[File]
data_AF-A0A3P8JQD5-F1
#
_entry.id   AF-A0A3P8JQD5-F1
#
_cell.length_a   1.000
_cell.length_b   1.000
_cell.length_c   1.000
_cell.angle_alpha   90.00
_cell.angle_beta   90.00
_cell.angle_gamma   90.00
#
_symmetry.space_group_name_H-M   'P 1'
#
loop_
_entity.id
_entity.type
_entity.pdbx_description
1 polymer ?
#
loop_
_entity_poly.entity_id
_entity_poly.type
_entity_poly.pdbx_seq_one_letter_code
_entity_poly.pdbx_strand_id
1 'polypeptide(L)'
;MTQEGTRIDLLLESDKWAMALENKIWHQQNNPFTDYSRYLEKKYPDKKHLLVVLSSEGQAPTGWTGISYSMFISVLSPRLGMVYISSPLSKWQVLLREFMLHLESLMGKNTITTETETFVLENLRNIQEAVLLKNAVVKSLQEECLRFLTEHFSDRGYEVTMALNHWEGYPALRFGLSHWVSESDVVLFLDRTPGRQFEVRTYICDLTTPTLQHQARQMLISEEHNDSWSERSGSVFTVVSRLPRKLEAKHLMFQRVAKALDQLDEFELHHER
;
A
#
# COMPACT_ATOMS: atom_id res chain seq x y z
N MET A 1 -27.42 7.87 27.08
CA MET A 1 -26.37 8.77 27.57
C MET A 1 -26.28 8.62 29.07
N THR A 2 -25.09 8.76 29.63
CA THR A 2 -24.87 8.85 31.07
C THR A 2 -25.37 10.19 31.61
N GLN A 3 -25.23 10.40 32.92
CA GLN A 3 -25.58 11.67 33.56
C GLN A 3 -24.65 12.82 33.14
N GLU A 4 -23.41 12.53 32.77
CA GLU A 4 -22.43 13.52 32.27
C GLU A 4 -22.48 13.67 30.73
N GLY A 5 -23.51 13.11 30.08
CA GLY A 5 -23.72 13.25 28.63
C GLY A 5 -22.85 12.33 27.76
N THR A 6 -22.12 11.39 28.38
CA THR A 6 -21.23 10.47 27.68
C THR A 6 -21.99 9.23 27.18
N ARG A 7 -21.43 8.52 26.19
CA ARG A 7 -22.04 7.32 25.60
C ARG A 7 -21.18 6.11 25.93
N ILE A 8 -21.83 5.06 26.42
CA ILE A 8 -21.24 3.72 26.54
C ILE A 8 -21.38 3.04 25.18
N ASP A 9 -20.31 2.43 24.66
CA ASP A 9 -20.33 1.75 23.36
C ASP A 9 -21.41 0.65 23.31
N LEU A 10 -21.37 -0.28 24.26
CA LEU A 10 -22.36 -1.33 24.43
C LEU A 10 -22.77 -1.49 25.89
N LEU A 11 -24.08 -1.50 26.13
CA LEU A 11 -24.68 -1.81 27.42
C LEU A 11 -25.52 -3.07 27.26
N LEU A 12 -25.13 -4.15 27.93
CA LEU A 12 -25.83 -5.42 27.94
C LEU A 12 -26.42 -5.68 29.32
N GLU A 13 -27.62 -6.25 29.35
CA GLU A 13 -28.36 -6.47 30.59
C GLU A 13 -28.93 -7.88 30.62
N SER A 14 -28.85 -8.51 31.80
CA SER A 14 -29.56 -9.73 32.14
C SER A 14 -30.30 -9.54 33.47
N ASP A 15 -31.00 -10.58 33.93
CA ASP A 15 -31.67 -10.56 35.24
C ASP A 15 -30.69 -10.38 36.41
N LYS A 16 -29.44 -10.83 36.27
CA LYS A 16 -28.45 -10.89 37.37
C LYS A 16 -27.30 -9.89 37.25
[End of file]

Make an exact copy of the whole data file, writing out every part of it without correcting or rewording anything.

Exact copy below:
data_AF-A0A3P8JQD5-F1
#
_entry.id   AF-A0A3P8JQD5-F1
#
_cell.length_a   1.000
_cell.length_b   1.000
_cell.length_c   1.000
_cell.angle_alpha   90.00
_cell.angle_beta   90.00
_cell.angle_gamma   90.00
#
_symmetry.space_group_name_H-M   'P 1'
#
loop_
_entity.id
_entity.type
_entity.pdbx_description
1 polymer ?
#
loop_
_entity_poly.entity_id
_entity_poly.type
_entity_poly.pdbx_seq_one_letter_code
_entity_poly.pdbx_strand_id
1 'polypeptide(L)'
;MTQEGTRIDLLLESDKWAMALENKIWHQQNNPFTDYSRYLEKKYPDKKHLLVVLSSEGQAPTGWTGISYSMFISVLSPRLGMVYISSPLSKWQVLLREFMLHLESLMGKNTITTETETFVLENLRNIQEAVLLKNAVVKSLQEECLRFLTEHFSDRGYEVTMALNHWEGYPALRFGLSHWVSESDVVLFLDRTPGRQFEVRTYICDLTTPTLQHQARQMLISEEHNDSWSERSGSVFTVVSRLPRKLEAKHLMFQRVAKALDQLDEFELHHER
;
A
#
# COMPACT_ATOMS: atom_id res chain seq x y z
N MET A 1 -27.42 7.87 27.08
CA MET A 1 -26.37 8.77 27.57
C MET A 1 -26.28 8.62 29.07
N THR A 2 -25.09 8.76 29.63
CA THR A 2 -24.87 8.85 31.07
C THR A 2 -25.37 10.19 31.61
N GLN A 3 -25.23 10.40 32.92
CA GLN A 3 -25.58 11.67 33.56
C GLN A 3 -24.65 12.82 33.14
N GLU A 4 -23.41 12.53 32.77
CA GLU A 4 -22.43 13.52 32.27
C GLU A 4 -22.48 13.67 30.73
N GLY A 5 -23.51 13.11 30.08
CA GLY A 5 -23.72 13.25 28.63
C GLY A 5 -22.85 12.33 27.76
N THR A 6 -22.12 11.39 28.38
CA THR A 6 -21.23 10.47 27.68
C THR A 6 -21.99 9.23 27.18
N ARG A 7 -21.43 8.52 26.19
CA ARG A 7 -22.04 7.32 25.60
C ARG A 7 -21.18 6.11 25.93
N ILE A 8 -21.83 5.06 26.42
CA ILE A 8 -21.24 3.72 26.54
C ILE A 8 -21.38 3.04 25.18
N ASP A 9 -20.31 2.43 24.66
CA ASP A 9 -20.33 1.75 23.36
C ASP A 9 -21.41 0.65 23.31
N LEU A 10 -21.37 -0.28 24.26
CA LEU A 10 -22.36 -1.33 24.43
C LEU A 10 -22.77 -1.49 25.89
N LEU A 11 -24.08 -1.50 26.13
CA LEU A 11 -24.68 -1.81 27.42
C LEU A 11 -25.52 -3.07 27.26
N LEU A 12 -25.13 -4.15 27.93
CA LEU A 12 -25.83 -5.42 27.94
C LEU A 12 -26.42 -5.68 29.32
N GLU A 13 -27.62 -6.25 29.35
CA GLU A 13 -28.36 -6.47 30.59
C GLU A 13 -28.93 -7.88 30.62
N SER A 14 -28.85 -8.51 31.80
CA SER A 14 -29.56 -9.73 32.14
C SER A 14 -30.30 -9.54 33.47
N ASP A 15 -31.00 -10.58 33.93
CA ASP A 15 -31.67 -10.56 35.24
C ASP A 15 -30.69 -10.38 36.41
N LYS A 16 -29.44 -10.83 36.27
CA LYS A 16 -28.45 -10.89 37.37
C LYS A 16 -27.30 -9.89 37.25